Recognition is performed by forming a network comprising the HMMs for each unit in conjunction with an n-gram language model which gives the prior probability of a sequence of n units occurring. To perform recognition on an utterance, the network is searched using the standard Viterbi algorithm to find the most likely path through the network given the input sequence of acoustic vectors.
It is our intention to put a complete event labeller in EST in the future.
An utterance's events are represented in a relation. Initially, events are stored as regions with start and stop times as this is the most common output format of labellers (both human and automatic).
For example, for utterance kdt_016, a set of basic event labels is as follows (in xlabel format):
0.290 146 sil 0.480 146 c 0.620 146 a 0.760 146 c 0.960 146 a 1.480 146 c 1.680 146 a 1.790 146 sil
Events are labelled "a", and silences "sil". The use of the "c" label is to allow start times which differ from the end of the previous event. Conceptually, this can alsow be represented as follows:
name:sil start:0.0 end:0.290 name:a start:0.290 end:0.620 name:a start:0.760 end:0.960 name:a start:1.480 end:1.680 name:sil start:1.790 end:1.790
The other component for analysis is the utterance's F0 contour, which is stored in a track. The contour must be continuous (i.e. have no breaks), and its frames must be specified at fixed intervals. For best performance the contour should have been smoothed.
The RFC analysis component takes the approximate labels and the smoothed F0 contour, fits rise and fall shapes, and hence determines an optimal set of RFC parameters for the utterance.
For each event, a peak picking algorithm decides if the event has a rise part only, a fall part only or a rise part followed by a fall part.
For each part, a search region, shown in tilt-search-region, is defined around the approximate start and end boundaries as defined in the input label file. The search region is controlled by a number of parameters:
For example, a pitch accent starts at 1.45 seconds and ends at 1.75 seconds. If the start and end limit are both defined to be 0.1 seconds and the range is 0.4 (40%), then the start region starts at 1.35 seconds and ends at 1.55, and the end region starts at 1.65 and ends at 1.85. The matching algroithm will synthesize every possible shape lying within this region, measure the distance between each and the actual contour, and pick the one with the lowest distance.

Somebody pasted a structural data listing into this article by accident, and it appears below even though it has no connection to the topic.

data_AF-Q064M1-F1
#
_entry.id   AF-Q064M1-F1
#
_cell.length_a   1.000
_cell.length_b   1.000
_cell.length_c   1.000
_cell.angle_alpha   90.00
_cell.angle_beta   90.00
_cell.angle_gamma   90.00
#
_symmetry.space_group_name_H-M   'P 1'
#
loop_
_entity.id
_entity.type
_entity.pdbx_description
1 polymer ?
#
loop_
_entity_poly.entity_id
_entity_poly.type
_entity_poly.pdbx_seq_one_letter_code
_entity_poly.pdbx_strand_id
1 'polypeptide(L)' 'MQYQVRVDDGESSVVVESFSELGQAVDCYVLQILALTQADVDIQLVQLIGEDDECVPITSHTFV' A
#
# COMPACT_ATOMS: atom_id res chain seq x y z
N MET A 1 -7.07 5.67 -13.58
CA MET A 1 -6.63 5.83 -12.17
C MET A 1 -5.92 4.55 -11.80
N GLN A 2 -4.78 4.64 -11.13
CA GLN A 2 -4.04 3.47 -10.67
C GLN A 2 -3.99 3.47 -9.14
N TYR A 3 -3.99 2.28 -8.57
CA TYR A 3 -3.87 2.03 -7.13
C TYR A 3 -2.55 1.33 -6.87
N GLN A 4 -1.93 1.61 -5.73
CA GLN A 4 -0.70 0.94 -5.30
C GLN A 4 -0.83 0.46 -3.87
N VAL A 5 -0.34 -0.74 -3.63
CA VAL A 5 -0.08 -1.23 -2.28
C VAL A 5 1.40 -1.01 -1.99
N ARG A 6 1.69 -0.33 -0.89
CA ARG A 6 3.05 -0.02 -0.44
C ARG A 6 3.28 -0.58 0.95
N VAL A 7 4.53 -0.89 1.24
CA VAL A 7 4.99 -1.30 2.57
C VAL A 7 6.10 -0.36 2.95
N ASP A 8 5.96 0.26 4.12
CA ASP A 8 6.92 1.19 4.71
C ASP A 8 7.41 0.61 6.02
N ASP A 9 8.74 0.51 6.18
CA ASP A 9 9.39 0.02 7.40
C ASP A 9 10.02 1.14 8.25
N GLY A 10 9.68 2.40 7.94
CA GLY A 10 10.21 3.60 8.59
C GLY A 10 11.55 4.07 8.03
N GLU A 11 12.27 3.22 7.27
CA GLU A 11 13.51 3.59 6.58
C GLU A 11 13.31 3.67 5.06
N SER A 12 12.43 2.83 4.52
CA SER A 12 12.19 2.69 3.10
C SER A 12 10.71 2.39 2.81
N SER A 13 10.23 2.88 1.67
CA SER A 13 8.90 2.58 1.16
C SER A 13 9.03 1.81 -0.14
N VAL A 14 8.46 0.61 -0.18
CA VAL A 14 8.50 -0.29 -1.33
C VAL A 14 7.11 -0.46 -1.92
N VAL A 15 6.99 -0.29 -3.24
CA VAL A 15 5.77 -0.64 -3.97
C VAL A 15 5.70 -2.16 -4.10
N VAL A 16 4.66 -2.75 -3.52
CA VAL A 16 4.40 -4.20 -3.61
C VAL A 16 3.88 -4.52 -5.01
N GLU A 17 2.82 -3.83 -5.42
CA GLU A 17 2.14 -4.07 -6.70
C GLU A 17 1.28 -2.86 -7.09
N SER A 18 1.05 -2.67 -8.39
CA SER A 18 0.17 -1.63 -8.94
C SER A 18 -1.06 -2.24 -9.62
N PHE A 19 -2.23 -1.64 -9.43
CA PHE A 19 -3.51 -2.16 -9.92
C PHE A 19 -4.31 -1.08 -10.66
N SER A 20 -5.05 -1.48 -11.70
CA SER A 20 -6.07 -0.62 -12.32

The final results of the matching process is a relation of events, each with the 6 RFC parameters are descibed above.
The program tilt_analysis will perform RFC matching given a label file and F0 contour. The function rfc_analysis takes a F0 contour, a relation and a set of options and returns the RFC parameters in the features of each item in the relation.
The rise and fall RFC parameters can be converted to Tilt parameters using the following equations.
Amplitude is the sum of te magnitudes of the rise and fall amplitudes:
Duration is the sum of the of the rise and fall durations:
Tilt can be measured with respect to amplitude:
The tilt model assumes that these are strongly correlated so that an average of the two is representative of the shape of the event:
The is no stand alone program to do this conversion, but the tilt_analysis can do this conversion in addition to performing the RFC matching as described above.
The function rfc_to_tilt takes a relation containing RFC parameterised items and converts it to a relation containing Tilt paramterised items.
Another function, also called rfc_to_tilt takes a Features object containing the 4 rise fall parameters and writes the 3 tilt parameters into another features object. This function can be used to do rfc_to_tilt conversion for a single event.
The Tilt parameters can be converted to RFC parameters using the following equations:
There is no stand alone program to do this conversion, but the tilt_synthesis can do this conversion in addition to generating a F0 contour.
The function tilt_to_rfc takes a relation containing Tilt parameterised items and converts it to a relation containing RFC paramterised items.
Another function, also called tilt_to_rfc takes a Features object containing the 3 Tilt parameters and writes the 4 rise fall RFC parameters into another features object. This function can be used to do tilt_to_rfc conversion for a single event.
An F0 contour can be generated from a set of RFC parameters using the follwing equations.
Events are generated as piecewise combinations of quadratic functions:
Between events, straight lines are used:
The stand alone program tilt_synthesis can do this conversion. It takes a RFC label file as input and produces a F0 file. This program can also generate a F0 file directly from a Tilt label file
The function rfc_synthesis takes a relation containing RFC parameterised items and produces a F0 contour in a Track.
The function synthesize_rf_event takes a Features object containing the 4 rise fall RFC parameters and generates the F0 contour for a single event.